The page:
Results indicate that 12 patients in N. sativa and 15 patients in placebo group had sperm counts below 20 x [10.sup.6] ml and 15 patients in N. sativa and 15 patients in placebo group had abnormal sperm morphology less than 30%. In N. sativa group 17 patients and placebo group 20 patients had type A motility less than 25% and in each groups 21 patients had B motility less than 50%.
In N. sativa oil group sperm count, morphology and motility improved significantly (p = 0.001, p = 0.011 and p = 0.001 respectively) compared with placebo group at the end of study (Table 4). Furthermore, in N. sativa oil group semen round cells, volume and pH also improved significantly (p = 0.025, p = 0.001 and p = 0.001 respectively) compared with placebo group at the end of study (Table 4). Also, different classes of sperm motility also improved significantly in N. sativa oil group compared with placebo group at the end of study (Table 5).
The results indicate that daily intake of 5 ml IV. sativa oil improves semen quality including sperm count, morphology and motility and semen volume, pH and round cells in infertile men having abnormal semen parameters. The effects of N. sativa oil on abnormal semen parameters in the present study agree with the previous study indicating the favorable effects of N. sativa oil on male fertility in normal and hyperlipidemie rats (Samir Bashandy 2007). Furthermore favorable effects of N. sativa oil also have been reported on spermatogenesis, infertility and some reproductive parameters in male rats and chickens (Al-Sa'aidi et al. 2009; Mukhallad et al. 2009; Abdulkarim and Al-Sardary 2009). The mechanisms underlying these effects are not clear, but antioxidant properties of N. sativa oil may be involved. In normal conditions, the reactive oxygen species (ROS) are neutralized by antioxidants of ejaculatory fluid (Lamirande and Gagnon 1999), but in case of reduction of the antioxidant property or increased production of ROS in semen for any reason, increased level of oxidative stress would be harmful to sperm parameters (Schulte et al. 2010; Aitken and Krausz 2001). There is also report indicating that ROS level is increased in semen of infertile patients (Zini et al. 1993). Thus, the favorable effects N. sativa oil on sperm parameters in infertile men observed in the present study may be due to excellent ability of N. sativa oil to inactivate free radicals (Burits and Bucar 2000). In support to this hypothesis it should be noted that the thymoquinone (Al-Wafai 2013; Ghosheh et al. 1999; Houghton et al. 1995) with antioxidative properties, present in of N. sativa oil may neutralize the ROS in semen and positively influence abnormal sperm parameters. In agreement with this hypothesis the positive effects of antioxidants like vitamin E, selenium and nutritional supplements on sperm motility of infertile men have been documented (Suleiman et al. 1996; Vezina et al. 1996; Sinclair 2000). Furthermore, the favorable effects of N. sativa oil on abnormal sperm parameters in the present study may be due to unsaturated fatty acids content of N. sativa oil (Nickavar et al. 2003). This hypothesis is supported by studies indicating significant positive correlation between the unsaturated fatty acid supplementation and enhanced sperm count, motility, and normal morphology in infertile men (Nissen and Kreysel 1983; Safarinejad 2011). Although in the present study we quantified the unsaturated fatty acid and volatile constituents of N. sativa oil that agree with previous studies, but due to study limitations such as lack of determination of male sex hormone levels, antioxidant activity and unsaturated fatty acid content of semen fluid we could not find out the possible mechanisms of action of N. sativa oil. Furthermore, due to short duration of study we could not find out the possible effects of N. sativa oil on reproductive ability of infertile men.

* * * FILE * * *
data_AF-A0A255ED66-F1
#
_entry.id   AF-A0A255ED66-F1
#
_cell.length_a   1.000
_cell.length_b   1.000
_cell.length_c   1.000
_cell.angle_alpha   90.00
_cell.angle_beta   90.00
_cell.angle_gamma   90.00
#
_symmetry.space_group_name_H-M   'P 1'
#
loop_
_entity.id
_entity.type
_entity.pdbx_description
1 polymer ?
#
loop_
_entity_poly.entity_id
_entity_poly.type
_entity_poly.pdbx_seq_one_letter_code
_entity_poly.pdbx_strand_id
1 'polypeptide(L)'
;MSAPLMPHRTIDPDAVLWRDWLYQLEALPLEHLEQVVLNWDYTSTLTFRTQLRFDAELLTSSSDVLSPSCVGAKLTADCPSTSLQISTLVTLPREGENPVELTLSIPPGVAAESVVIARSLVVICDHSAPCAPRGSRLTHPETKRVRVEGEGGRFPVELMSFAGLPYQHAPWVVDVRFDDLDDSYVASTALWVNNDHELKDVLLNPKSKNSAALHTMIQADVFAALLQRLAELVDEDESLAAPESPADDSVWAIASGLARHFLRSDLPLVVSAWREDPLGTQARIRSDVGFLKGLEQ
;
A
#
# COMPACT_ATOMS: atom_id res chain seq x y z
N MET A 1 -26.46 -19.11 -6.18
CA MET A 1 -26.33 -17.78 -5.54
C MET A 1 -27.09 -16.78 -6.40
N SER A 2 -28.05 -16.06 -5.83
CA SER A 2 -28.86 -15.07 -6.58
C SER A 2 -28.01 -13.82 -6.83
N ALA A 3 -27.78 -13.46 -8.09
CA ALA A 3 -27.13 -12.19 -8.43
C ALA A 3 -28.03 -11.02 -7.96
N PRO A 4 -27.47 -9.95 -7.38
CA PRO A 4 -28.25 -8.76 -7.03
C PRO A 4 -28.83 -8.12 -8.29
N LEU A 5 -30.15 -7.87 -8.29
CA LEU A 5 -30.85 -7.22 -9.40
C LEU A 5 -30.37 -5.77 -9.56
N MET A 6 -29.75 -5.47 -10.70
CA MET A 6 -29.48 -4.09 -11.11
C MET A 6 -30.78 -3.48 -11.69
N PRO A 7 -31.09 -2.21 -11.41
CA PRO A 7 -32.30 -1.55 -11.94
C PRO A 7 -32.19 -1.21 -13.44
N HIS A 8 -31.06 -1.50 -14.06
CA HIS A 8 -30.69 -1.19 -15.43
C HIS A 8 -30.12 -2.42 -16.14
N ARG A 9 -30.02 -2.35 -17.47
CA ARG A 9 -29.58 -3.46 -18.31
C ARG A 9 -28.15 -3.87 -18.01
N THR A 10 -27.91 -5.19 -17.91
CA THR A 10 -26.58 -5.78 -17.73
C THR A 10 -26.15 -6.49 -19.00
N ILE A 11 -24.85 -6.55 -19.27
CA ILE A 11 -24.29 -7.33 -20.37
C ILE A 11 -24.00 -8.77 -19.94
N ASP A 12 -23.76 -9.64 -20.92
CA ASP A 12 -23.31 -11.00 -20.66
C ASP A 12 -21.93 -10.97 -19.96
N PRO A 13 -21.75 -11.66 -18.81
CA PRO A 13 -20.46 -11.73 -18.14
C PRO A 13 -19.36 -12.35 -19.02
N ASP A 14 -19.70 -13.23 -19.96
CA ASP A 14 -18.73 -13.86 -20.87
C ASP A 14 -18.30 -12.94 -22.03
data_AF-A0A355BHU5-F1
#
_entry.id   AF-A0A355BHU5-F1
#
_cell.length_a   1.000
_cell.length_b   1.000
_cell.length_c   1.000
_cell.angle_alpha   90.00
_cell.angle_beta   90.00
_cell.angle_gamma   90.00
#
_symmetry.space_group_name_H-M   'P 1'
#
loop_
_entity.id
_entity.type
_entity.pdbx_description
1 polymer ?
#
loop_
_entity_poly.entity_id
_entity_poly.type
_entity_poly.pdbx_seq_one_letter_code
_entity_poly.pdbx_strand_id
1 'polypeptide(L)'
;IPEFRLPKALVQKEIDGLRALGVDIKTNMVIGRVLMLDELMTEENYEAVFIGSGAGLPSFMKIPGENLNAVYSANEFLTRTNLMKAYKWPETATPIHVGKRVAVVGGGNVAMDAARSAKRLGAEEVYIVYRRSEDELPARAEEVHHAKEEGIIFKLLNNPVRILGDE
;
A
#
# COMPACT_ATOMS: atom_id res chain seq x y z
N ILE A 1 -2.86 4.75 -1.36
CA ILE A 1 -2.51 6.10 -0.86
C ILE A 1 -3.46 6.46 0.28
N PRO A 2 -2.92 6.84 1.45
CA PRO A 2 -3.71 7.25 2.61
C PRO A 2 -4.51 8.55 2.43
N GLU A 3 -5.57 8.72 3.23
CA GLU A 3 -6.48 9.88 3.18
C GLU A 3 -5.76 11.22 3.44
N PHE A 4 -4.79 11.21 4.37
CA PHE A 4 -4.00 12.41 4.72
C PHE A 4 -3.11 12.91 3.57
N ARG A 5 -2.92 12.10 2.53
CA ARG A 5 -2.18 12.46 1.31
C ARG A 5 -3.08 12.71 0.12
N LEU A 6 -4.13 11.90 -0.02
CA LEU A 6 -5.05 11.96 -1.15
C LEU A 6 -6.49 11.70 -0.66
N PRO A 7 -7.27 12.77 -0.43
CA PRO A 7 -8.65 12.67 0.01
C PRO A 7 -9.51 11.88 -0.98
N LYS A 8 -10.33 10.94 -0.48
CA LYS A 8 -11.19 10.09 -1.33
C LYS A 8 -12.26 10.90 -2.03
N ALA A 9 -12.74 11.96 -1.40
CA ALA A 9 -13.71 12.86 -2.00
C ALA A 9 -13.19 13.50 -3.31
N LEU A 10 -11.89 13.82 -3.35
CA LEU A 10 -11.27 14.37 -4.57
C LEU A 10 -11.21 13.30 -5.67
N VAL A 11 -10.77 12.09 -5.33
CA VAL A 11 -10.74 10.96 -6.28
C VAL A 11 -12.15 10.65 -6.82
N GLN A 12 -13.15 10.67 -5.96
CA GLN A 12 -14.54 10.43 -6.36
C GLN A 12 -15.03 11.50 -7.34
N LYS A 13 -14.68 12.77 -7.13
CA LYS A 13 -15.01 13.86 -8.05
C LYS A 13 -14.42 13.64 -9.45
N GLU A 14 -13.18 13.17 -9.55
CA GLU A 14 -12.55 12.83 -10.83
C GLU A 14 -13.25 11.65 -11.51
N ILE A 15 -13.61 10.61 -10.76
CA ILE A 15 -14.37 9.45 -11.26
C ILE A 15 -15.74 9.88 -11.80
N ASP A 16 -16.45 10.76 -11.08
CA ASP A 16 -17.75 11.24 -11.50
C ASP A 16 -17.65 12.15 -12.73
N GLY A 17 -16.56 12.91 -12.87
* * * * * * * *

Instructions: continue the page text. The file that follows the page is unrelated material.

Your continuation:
It conclusion, N. sativa oil improves semen quality in infertile men having abnormal semen parameters; further research seems necessary to elucidate possible mechanisms of action of N. sativa oil semen parameters and its effects on the ability of infertile men having abnormal semen parameters to reproduce.
Received 27 August 2013
Received in revised form 1 December 2013
Accepted 22 February 2014
Conflict of interest
All authors have no conflict of interest to disclose.
This study was supported by the ACECR (Iranian Academic Center for Education, Culture and Research), and Payame Noor University and Infertility Center of Mahdieh Hospital Tehran, Iran. Thanks are due to Dr. Kaveh Sultanzadeh urologist from Royan Research Institute and Clinical Center for Infertility and Reproductive Health in Tehran, for his valuable assistance.